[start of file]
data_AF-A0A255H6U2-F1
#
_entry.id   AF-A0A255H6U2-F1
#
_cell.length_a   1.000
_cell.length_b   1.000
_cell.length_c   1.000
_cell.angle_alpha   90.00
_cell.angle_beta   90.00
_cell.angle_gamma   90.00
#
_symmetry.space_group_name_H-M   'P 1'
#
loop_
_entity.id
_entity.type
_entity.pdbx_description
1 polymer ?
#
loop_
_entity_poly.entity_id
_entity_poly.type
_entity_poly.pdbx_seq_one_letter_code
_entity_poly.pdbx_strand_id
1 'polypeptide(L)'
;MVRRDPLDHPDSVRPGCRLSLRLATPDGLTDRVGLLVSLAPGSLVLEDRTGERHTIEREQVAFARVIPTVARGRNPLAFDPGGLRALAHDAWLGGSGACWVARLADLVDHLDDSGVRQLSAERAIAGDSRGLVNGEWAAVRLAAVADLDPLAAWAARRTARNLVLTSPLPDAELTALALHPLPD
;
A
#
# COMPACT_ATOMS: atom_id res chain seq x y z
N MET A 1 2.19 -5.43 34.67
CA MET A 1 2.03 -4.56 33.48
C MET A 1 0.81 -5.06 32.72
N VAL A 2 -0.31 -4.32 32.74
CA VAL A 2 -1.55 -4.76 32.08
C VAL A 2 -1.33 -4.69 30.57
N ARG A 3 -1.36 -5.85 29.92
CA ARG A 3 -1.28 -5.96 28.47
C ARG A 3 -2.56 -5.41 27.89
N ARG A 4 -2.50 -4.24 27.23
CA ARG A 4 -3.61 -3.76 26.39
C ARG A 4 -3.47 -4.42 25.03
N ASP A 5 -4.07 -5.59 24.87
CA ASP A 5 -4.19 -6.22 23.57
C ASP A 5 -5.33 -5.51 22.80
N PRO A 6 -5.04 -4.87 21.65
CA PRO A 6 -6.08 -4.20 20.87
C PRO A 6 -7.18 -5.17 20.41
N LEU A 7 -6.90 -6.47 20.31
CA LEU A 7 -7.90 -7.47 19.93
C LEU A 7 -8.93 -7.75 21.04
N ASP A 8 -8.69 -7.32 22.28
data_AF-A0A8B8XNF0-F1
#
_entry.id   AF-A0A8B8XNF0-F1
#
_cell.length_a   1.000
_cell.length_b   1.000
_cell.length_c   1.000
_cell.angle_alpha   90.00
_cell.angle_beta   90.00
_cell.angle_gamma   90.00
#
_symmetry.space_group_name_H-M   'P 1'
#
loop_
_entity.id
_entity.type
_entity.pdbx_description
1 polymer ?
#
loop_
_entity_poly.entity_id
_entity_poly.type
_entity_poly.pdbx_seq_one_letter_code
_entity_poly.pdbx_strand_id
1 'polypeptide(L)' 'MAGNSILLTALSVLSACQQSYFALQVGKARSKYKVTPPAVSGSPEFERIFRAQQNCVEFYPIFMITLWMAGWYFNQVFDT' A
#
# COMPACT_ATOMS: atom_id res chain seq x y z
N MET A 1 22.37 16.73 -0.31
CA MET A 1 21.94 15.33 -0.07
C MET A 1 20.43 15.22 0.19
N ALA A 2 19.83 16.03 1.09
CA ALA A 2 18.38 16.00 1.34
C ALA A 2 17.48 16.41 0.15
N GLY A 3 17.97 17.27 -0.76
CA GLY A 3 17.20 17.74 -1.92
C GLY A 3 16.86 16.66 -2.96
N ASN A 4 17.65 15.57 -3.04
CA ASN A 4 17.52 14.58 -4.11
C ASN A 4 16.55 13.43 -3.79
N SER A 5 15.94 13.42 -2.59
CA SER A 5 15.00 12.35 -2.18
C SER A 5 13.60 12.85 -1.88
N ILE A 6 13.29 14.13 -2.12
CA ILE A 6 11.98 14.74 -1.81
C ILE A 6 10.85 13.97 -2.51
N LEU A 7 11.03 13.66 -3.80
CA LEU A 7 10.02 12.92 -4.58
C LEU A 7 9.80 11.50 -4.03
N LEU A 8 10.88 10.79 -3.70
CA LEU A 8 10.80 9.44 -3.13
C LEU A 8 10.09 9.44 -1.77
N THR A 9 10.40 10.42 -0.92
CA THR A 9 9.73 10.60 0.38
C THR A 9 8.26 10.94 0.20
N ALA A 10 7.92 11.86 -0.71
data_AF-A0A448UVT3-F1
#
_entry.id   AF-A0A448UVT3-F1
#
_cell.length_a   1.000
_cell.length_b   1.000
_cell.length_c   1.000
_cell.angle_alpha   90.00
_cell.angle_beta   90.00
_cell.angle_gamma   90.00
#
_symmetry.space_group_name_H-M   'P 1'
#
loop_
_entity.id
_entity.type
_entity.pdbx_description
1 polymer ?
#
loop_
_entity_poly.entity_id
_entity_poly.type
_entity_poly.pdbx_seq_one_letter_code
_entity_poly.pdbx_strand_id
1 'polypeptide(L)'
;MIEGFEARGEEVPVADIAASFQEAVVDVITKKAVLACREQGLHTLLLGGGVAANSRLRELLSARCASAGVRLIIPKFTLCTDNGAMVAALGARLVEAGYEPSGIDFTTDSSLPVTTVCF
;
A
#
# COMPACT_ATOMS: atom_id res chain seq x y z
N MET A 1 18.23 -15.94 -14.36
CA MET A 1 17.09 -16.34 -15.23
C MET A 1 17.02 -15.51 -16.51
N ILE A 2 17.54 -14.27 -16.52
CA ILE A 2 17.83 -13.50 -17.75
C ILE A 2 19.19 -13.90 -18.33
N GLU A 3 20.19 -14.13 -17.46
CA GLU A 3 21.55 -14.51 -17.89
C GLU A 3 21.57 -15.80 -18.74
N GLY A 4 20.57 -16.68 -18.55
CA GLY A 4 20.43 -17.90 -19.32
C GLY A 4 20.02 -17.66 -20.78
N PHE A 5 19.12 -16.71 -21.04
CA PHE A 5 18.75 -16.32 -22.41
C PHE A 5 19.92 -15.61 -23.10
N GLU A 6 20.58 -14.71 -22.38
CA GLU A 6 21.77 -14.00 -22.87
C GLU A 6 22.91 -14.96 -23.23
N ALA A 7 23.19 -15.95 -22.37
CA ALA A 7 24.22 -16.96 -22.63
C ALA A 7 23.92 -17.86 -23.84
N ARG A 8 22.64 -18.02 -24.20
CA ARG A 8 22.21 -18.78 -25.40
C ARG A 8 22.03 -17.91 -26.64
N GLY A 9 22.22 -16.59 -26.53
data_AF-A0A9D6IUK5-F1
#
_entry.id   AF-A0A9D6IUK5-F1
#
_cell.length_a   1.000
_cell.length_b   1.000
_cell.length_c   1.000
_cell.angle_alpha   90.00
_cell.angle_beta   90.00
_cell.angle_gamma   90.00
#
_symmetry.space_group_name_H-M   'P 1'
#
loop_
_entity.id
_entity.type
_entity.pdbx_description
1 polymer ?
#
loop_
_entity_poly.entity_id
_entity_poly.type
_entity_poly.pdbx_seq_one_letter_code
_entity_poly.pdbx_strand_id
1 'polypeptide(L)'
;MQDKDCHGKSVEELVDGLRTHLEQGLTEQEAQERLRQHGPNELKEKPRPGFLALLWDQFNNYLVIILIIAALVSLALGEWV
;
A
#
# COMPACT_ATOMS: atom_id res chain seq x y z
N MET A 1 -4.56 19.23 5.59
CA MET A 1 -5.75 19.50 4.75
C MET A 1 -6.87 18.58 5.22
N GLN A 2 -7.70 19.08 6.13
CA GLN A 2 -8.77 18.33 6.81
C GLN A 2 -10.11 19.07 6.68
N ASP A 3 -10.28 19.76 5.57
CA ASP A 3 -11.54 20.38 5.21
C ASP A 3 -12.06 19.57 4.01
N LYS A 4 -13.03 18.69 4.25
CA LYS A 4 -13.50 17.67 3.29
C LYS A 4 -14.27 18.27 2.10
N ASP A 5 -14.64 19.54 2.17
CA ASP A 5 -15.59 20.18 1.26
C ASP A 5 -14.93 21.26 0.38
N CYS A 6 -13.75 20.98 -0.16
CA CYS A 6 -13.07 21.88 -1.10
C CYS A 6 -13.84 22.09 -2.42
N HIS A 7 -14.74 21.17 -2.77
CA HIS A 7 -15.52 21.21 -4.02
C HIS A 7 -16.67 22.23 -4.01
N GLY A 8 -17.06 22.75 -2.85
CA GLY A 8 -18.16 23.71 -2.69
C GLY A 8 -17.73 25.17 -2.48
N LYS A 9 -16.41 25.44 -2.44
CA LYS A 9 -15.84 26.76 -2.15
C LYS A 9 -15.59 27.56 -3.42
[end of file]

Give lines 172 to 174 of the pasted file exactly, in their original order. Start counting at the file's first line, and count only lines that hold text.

_cell.angle_gamma   90.00
#
_symmetry.space_group_name_H-M   'P 1'